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- 13,729 Posts. Joined 12/2005
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I have a Toshiba dvd video recorder/video cassette recorder. The device goes through my sony home theater receiver via HDMI then out to my sony HD tv. Problem is the tv image is stretched. How do I get a normal tv image to play when the feed is through the toshiba?
Find your TV's "format" or "aspect" setting and go thru its options. My setting for a normal 4:3 pic from an analog DVDR is called "Normal."
Your DVDr also has a setting for playback ("TV Aspect"?), so check that also and use the combo that works for you.
- 2,938 Posts. Joined 12/2007
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When playing Hollywood DVDs, the player should handle most stretch settings automatically so the TV and receiver synchronize along with it. Hollywood DVDs use a standardized "squeeze" of widescreen 16:9 movie into a 4:3 DVD frame. A flag embedded in the DVD tells the player to send instructions to the TV to "unsqueeze" and fill the 16:9 screen correctly, or switch to 4:3 when playing non-widescreen videos.
This happy system gets all screwed up when we record our own DVDs. Most recorders don't embed the "auto-unsqueeze" signal in their DVDs, so you need to manually use the Picture Size or Aspect Ratio button on the TV and/or receiver remote to cycle thru the stretch/squeeze setting until the picture looks normal. The correct setting for widescreen DVDs is usually named "Full," choosing "Normal/4:3" squeezes the picture, choosing "Just" or "Wide Zoom" gives an in-between compromise, and of course "Zoom" magnifies the middle of the picture to fill the screen. If your problem videos are the old 4:3 size and being incorrectly stretched, use the "4:3" or "Normal" setting on the TV to unstretch back to the old squarer picture framing.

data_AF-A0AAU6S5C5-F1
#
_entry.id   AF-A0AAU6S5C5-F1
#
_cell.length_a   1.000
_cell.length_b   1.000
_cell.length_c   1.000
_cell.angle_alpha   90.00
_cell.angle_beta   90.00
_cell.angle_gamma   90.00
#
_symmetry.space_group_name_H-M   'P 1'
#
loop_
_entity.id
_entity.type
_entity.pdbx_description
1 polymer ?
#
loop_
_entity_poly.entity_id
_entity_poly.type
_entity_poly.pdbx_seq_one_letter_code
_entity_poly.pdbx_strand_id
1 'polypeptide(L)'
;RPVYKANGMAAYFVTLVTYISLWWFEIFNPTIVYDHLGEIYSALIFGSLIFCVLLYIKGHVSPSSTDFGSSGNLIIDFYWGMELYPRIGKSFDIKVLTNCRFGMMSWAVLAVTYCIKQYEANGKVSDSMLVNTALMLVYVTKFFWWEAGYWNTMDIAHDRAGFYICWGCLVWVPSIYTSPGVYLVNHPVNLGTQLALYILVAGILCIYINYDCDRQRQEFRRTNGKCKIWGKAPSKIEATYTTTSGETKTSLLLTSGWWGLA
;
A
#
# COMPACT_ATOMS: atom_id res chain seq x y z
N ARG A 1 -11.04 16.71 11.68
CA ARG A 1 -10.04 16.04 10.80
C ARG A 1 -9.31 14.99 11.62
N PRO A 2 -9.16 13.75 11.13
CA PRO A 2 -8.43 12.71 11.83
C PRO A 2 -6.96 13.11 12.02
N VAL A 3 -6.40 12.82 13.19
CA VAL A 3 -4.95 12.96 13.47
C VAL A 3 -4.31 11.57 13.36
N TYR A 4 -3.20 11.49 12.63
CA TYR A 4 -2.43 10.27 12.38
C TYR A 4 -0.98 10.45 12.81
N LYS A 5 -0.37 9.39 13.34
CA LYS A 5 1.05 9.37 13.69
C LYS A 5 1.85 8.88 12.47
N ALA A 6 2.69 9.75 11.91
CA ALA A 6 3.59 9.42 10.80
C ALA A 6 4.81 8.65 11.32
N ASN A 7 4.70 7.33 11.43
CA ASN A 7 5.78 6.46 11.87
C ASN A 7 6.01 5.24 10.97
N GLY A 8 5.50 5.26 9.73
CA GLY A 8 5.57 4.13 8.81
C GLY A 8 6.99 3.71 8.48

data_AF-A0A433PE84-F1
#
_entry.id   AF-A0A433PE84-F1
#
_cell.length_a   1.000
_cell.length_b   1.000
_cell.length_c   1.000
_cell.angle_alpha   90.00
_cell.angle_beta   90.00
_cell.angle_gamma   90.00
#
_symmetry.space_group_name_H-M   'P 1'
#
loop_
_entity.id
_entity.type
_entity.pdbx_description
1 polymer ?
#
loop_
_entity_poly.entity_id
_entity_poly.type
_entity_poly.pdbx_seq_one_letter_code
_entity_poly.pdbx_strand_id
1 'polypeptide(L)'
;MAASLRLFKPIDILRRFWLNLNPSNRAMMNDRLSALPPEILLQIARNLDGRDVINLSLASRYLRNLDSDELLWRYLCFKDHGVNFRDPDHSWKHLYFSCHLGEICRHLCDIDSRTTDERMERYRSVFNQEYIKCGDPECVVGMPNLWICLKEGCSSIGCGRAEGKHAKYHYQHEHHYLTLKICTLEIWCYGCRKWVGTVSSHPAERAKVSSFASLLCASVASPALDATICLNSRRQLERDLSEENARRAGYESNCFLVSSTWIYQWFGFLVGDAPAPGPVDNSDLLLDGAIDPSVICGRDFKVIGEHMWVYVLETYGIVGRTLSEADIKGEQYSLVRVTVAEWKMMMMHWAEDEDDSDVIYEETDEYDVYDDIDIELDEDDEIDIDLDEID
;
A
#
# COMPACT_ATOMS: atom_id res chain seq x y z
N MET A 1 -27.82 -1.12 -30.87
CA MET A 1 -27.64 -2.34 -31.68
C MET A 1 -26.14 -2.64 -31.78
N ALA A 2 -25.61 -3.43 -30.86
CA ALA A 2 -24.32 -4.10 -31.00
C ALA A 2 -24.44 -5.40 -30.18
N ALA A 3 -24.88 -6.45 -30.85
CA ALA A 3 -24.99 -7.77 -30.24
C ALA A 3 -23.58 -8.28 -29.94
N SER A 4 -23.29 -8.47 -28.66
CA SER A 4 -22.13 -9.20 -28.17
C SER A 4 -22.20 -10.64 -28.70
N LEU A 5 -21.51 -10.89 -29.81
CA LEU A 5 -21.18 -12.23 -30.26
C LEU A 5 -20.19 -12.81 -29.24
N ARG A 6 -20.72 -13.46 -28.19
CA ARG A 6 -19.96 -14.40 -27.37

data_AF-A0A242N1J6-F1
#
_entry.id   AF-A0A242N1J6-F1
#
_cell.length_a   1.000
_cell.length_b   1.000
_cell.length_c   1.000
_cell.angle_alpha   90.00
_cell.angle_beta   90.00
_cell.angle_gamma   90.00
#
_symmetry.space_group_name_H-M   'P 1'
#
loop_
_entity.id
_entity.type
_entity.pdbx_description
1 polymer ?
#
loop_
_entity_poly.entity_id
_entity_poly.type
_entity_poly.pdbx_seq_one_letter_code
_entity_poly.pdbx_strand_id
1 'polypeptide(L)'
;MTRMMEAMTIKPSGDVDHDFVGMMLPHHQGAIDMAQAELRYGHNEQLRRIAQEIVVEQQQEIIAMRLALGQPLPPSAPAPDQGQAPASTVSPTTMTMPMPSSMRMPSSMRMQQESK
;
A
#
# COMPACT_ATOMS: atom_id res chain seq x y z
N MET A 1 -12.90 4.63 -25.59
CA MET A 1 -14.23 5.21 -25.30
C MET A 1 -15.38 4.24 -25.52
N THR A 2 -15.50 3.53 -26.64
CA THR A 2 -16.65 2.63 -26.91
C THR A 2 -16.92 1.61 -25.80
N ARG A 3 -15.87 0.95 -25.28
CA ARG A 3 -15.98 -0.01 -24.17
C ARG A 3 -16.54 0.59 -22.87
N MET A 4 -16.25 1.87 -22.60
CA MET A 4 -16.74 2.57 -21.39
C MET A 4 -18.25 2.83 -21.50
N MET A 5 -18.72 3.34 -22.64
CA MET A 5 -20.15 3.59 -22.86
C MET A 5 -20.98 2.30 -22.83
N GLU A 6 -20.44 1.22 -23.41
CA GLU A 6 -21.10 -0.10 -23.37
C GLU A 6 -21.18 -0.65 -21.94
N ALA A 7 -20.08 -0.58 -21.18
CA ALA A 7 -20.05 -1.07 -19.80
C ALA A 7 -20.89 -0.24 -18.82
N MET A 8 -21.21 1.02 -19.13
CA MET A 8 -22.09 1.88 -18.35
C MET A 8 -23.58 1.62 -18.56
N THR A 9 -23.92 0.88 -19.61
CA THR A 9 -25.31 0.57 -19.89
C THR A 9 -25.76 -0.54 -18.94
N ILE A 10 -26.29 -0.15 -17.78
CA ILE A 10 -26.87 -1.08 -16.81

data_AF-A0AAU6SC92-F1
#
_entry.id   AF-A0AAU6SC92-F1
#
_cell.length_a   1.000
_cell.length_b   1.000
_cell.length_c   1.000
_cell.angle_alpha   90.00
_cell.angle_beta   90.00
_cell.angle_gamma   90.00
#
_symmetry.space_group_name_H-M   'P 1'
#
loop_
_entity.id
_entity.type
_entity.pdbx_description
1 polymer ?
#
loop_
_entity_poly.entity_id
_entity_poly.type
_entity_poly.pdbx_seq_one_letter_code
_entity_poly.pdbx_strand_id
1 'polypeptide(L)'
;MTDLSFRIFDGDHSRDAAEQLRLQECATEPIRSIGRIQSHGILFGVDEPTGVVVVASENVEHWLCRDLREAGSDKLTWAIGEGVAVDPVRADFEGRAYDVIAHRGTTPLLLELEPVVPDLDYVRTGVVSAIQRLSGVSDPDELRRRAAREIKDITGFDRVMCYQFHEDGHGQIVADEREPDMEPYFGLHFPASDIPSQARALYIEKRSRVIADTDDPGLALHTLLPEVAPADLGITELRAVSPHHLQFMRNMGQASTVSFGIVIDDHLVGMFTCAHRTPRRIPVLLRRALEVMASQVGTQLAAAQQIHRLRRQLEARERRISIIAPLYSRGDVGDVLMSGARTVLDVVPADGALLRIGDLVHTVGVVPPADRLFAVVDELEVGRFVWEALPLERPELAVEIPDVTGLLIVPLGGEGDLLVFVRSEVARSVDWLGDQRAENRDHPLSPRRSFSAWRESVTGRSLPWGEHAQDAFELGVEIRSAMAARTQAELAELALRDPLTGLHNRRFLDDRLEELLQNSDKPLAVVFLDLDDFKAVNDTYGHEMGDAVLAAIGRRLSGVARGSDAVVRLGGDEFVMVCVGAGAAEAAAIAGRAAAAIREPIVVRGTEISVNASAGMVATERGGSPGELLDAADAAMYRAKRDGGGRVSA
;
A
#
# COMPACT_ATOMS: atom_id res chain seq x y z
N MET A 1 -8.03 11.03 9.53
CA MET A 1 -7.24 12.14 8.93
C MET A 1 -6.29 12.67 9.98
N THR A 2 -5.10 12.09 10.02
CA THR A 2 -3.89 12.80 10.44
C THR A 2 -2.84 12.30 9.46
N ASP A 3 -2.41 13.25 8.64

Try those different TV screen Picture settings first, and see if that helps. If not, figuring out your problem could get very complicated and you may just want to ask a tech-savvy friend to come and personally look over your system. It would take many paragraphs to explain all the possible conflicts between DVD recorder, A/V receiver, and TV. But someone who knows how this stuff all works based on personal experience could help you much quicker by visiting, and having a look at your system.
Just as an example, your Toshiba must be set to match the TV. If you previously owned an older tube TV and then recently switched to a 16:9 flat screen, you might need to "tell" that to the Toshiba (HDMI should automatically sense this kind of thing, but sometimes you need to manually change the TV setting from "4:3" to "16:9.") There's also an "upscaling" or "resolution" setting in the Toshiba that affects the HDMI and Component connections to the TV. People are often tempted to use the highest possible 1080 setting, assuming it will give the best quality, but the 1080 output from most DVD units forces every video to a widescreen stretch (even if the video isn't widescreen at all), which then disables the TV from showing standard 4:3 videos (like old TV shows) correctly. A lot of DVD player/recorders (and most BluRay decks) will only play 4:3 material correctly at resolution settings of 720 or 480.
Edited by CitiBear - 10/3/12 at 11:48am